The Cutting Edge: Too Sharp for its Own Good?
The Lexus RX is the best-selling luxury SUV on the market. By a lot. Its annual sales generally crest six figures, and since its debut for the 1999 model year, it has sold more than 2.1 million copies. In fact, among luxury vehicles, only the BMW 3 Series can match its sales pace. That might be surprising, given that the 3 is sexy and fun, and the RX is, um, neither? Then again, the ho-hum Toyota Camry has been the number-one-selling car since around the time Justin Bieber donned Huggies, so there’s no denying that Americans appreciate unexciting, reliable transportation. But when Lexus unveiled the ultra-edgy fourth-generation RX, it begged the question: Is this a recipe for disaster?
To find out, we headed to Portland, Oregon, for the 2016 Lexus RX’s media launch. Almost immediately, the phrase “seductive strength” was being etched in my mind. Sure, those words could describe the mighty Colorado River elegantly carving its way through the Grand Canyon. Or UFC champ Ronda Rousey tipping the scales bare midriff at a pre-fight weigh-in. But to RX chief engineer Takayuki Katsuda, they represent the SUV in this review. “Strength with a hint of seductiveness,” is how he expounded on the RX’s design theme, as if seductiveness were nutmeg. Heck, variety is still the spice of life, so perhaps that’s not a bad way of describing the RX’s myriad hard edges, polarizing spindle grille, and floating roofline.
What lies beneath the 2016 RX’s chaotic façade, though, is the sales magic that is typical Lexus ingenuity—a stiffer, stronger, and heavily revised example of the platform used in the Toyota Highlander; more powerful and efficient gas and hybrid powertrains, the former mated to a standard eight-speed automatic and the latter now available in F Sport guise; a roomier and more luxurious five-seat cabin wrapped in a longer (4.7 inches) and wider (0.4 inch) body riding on a stretched (1.9 inches) wheelbase; and added safety and convenience technologies. So despite the origami sheetmetal, don’t expect RX sales volume to go anywhere but up.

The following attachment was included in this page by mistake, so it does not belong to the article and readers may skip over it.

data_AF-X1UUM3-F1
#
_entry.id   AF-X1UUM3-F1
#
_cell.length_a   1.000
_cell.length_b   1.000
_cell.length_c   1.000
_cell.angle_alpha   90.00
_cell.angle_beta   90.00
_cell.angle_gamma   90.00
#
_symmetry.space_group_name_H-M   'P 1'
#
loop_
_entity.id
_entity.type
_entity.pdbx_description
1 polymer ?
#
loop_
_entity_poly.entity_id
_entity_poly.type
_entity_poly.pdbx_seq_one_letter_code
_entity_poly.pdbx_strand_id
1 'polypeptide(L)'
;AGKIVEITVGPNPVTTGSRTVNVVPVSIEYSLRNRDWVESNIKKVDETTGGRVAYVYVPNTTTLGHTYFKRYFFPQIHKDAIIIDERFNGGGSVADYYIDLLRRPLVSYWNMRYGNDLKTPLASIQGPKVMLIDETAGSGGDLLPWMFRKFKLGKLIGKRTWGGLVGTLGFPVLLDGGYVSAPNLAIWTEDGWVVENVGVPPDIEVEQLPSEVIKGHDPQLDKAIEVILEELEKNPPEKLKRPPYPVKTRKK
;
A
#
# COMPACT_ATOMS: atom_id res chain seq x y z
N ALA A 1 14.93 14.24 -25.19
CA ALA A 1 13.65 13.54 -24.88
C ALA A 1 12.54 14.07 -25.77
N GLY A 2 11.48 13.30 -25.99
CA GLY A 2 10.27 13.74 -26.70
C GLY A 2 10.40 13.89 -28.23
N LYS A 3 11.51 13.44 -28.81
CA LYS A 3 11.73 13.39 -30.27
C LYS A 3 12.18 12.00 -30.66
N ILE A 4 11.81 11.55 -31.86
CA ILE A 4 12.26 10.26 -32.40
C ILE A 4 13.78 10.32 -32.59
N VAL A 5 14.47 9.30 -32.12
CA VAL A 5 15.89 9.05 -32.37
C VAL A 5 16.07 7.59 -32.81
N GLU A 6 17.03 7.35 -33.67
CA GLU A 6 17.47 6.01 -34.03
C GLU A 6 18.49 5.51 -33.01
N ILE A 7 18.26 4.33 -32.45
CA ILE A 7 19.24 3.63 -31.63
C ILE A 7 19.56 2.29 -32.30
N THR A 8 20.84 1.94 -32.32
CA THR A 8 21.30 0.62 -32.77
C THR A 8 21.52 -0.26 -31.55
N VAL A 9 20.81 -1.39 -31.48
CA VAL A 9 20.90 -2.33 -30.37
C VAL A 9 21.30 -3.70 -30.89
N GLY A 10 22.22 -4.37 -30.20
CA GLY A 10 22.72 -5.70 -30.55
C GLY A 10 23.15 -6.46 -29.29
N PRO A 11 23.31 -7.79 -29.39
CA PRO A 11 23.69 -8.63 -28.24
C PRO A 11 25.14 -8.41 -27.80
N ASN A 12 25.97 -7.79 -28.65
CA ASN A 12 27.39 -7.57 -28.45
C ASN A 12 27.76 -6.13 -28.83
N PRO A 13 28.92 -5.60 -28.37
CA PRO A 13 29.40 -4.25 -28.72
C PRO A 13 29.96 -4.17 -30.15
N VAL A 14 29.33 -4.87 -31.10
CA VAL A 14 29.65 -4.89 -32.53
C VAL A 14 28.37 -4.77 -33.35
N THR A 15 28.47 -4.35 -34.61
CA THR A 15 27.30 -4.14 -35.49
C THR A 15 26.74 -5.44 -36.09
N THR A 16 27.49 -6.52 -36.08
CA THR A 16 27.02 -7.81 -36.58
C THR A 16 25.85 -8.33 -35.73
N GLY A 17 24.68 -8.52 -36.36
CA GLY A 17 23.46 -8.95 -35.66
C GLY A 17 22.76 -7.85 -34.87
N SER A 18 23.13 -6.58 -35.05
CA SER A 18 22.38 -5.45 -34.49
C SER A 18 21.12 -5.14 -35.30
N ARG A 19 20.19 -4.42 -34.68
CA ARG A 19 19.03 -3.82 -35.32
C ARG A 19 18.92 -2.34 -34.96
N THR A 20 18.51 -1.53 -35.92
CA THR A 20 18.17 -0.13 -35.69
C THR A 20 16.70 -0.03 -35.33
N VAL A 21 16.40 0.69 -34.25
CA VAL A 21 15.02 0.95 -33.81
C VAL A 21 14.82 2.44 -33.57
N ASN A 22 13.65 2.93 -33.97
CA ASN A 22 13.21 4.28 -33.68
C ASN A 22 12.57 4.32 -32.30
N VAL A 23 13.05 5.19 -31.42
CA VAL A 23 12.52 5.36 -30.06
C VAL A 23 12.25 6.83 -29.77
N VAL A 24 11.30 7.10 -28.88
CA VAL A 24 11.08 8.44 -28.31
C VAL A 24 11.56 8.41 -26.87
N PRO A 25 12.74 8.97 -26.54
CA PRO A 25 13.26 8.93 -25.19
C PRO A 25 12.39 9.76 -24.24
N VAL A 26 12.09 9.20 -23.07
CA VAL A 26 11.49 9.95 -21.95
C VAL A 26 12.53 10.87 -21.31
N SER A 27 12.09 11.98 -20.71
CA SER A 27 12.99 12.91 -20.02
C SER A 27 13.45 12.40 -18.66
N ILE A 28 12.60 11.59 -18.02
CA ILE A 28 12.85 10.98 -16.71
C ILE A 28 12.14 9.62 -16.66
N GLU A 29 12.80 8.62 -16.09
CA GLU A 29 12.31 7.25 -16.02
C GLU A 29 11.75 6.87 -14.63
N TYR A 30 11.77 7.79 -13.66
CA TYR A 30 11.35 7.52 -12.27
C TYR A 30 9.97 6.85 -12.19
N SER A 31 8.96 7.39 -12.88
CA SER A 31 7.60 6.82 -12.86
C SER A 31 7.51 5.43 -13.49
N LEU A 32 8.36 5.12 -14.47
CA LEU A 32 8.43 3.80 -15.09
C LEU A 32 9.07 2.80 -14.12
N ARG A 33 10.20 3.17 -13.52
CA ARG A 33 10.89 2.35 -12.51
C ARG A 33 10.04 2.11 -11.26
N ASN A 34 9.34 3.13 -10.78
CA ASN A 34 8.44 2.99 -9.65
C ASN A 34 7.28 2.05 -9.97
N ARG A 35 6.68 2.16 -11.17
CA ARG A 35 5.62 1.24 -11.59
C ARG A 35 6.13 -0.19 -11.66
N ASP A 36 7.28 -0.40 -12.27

According to Katsuda-san, a goal with the fourth-gen RX was to heighten driver engagement via improved dynamics. His team started with the body, increasing the use of hot-stamp and high-strength steels, utilizing aluminum for both the hood and the hatch, and incorporating more adhesive bonding and laser screw welding. The result? Rigidity up, weight down (the fourth-gen’s estimated curb weight is roughly the same as the third-gen’s, which Lexus attributes to added content). Katsuda-san then turned to the engine mounts, which were repositioned to minimize NVH and alleviate the inertial effects of the V-6’s mass as it relates to yaw response – e.g. physics pushing the engine left as the vehicle goes right. Along with a retuned and reworked front strut and rear control-arm suspension, “optimized” speed-sensing electric power steering, and available 20-inch wheels with Michelin Premier LTX tires, Katsuda-san’s efforts all contributed to a more dynamic experience.